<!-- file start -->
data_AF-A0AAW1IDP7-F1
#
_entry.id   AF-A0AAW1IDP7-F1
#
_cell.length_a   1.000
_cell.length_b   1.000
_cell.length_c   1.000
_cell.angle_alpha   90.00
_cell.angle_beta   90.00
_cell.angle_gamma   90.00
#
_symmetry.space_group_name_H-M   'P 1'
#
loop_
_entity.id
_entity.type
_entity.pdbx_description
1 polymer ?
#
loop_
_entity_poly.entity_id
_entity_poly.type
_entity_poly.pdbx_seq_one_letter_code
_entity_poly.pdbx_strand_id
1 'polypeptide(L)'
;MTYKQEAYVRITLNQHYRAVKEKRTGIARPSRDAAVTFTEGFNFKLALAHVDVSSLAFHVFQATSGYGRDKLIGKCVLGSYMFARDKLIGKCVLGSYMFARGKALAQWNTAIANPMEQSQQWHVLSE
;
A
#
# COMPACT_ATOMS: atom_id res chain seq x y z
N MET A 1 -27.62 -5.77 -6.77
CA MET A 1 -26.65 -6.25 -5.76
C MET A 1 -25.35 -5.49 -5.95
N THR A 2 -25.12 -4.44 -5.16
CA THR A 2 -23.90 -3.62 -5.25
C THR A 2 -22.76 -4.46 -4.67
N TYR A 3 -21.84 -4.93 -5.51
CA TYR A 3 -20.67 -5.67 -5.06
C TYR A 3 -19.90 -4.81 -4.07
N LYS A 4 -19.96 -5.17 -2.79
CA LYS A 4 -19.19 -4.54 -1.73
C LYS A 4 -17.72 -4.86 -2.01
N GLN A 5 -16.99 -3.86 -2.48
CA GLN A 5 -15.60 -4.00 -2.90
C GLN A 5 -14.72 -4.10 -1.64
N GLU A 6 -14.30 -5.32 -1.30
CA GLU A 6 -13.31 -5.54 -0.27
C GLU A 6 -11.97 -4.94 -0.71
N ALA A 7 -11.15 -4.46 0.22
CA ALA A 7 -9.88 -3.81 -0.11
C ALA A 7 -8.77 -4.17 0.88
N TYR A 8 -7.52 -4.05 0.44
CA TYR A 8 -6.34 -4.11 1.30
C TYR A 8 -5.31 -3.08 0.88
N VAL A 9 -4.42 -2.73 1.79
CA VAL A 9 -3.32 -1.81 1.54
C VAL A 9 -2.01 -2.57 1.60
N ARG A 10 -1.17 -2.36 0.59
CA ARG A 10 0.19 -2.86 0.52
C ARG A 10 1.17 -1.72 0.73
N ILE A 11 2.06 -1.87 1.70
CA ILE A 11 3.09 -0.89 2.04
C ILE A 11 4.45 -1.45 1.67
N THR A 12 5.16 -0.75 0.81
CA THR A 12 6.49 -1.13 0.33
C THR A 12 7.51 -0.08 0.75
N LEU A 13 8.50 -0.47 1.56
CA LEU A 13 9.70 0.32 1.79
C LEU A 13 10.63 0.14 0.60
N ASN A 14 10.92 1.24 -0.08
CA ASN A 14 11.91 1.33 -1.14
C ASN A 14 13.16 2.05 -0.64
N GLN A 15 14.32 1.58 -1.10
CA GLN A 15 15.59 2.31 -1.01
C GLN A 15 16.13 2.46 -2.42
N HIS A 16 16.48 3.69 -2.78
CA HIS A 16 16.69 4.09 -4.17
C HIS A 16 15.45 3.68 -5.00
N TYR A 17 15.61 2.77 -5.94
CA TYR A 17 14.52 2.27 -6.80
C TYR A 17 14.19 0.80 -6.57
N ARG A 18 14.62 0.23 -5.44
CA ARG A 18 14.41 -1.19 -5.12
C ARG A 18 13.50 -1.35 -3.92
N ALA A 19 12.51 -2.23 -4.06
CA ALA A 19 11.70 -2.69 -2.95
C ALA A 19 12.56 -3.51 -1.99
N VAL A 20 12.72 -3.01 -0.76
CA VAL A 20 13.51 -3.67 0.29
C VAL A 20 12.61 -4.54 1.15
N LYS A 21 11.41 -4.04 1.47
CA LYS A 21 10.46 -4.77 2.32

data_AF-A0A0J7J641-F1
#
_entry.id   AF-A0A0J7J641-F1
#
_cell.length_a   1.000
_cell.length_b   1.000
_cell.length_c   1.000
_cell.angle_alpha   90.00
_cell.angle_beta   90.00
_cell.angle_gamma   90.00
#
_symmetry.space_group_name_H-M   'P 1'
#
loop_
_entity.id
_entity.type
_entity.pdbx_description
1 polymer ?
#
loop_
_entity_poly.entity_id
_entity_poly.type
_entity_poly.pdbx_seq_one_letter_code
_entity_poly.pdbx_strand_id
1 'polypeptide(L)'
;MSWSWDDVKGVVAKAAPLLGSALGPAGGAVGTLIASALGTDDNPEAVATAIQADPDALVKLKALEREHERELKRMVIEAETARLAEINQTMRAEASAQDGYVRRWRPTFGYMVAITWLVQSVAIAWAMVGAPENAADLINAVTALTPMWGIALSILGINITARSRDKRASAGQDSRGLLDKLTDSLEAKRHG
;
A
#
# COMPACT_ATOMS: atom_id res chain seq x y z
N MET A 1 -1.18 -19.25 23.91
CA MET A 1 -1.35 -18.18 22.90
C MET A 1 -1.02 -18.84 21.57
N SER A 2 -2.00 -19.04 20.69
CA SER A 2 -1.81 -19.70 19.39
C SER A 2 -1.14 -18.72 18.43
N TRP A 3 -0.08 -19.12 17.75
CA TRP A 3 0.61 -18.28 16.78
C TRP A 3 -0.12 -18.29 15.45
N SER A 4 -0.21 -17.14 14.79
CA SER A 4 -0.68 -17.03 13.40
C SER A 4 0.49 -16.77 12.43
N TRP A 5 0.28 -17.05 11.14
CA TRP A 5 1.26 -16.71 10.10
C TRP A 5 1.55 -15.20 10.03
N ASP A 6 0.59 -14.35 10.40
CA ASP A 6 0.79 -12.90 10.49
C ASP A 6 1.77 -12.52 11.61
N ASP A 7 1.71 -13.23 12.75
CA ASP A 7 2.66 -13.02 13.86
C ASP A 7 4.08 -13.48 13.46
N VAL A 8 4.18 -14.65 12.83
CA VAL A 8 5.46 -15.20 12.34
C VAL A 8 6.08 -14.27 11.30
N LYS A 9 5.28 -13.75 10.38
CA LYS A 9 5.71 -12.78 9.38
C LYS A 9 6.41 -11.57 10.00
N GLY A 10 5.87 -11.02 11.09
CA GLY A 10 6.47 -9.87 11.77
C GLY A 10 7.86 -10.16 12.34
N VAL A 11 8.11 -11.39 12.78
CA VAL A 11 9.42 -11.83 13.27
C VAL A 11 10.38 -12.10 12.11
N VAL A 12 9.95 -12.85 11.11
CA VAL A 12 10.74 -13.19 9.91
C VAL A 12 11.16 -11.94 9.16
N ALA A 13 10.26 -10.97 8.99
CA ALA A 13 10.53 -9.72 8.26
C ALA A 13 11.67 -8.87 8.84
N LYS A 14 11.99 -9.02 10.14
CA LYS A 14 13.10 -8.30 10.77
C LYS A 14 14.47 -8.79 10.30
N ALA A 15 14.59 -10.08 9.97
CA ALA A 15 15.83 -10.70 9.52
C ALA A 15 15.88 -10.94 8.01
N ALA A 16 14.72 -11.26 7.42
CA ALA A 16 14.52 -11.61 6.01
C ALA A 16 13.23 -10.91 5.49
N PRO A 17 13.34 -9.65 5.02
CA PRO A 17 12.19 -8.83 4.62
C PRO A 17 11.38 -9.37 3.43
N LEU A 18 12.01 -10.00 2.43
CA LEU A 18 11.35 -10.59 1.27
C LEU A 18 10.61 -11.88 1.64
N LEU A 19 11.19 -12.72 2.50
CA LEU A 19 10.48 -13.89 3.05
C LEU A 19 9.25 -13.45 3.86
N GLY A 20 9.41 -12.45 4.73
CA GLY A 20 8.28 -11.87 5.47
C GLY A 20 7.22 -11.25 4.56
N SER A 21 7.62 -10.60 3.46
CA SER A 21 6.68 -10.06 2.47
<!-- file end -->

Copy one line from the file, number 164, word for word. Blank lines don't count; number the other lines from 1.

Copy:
C LYS A 14 14.47 -8.79 10.30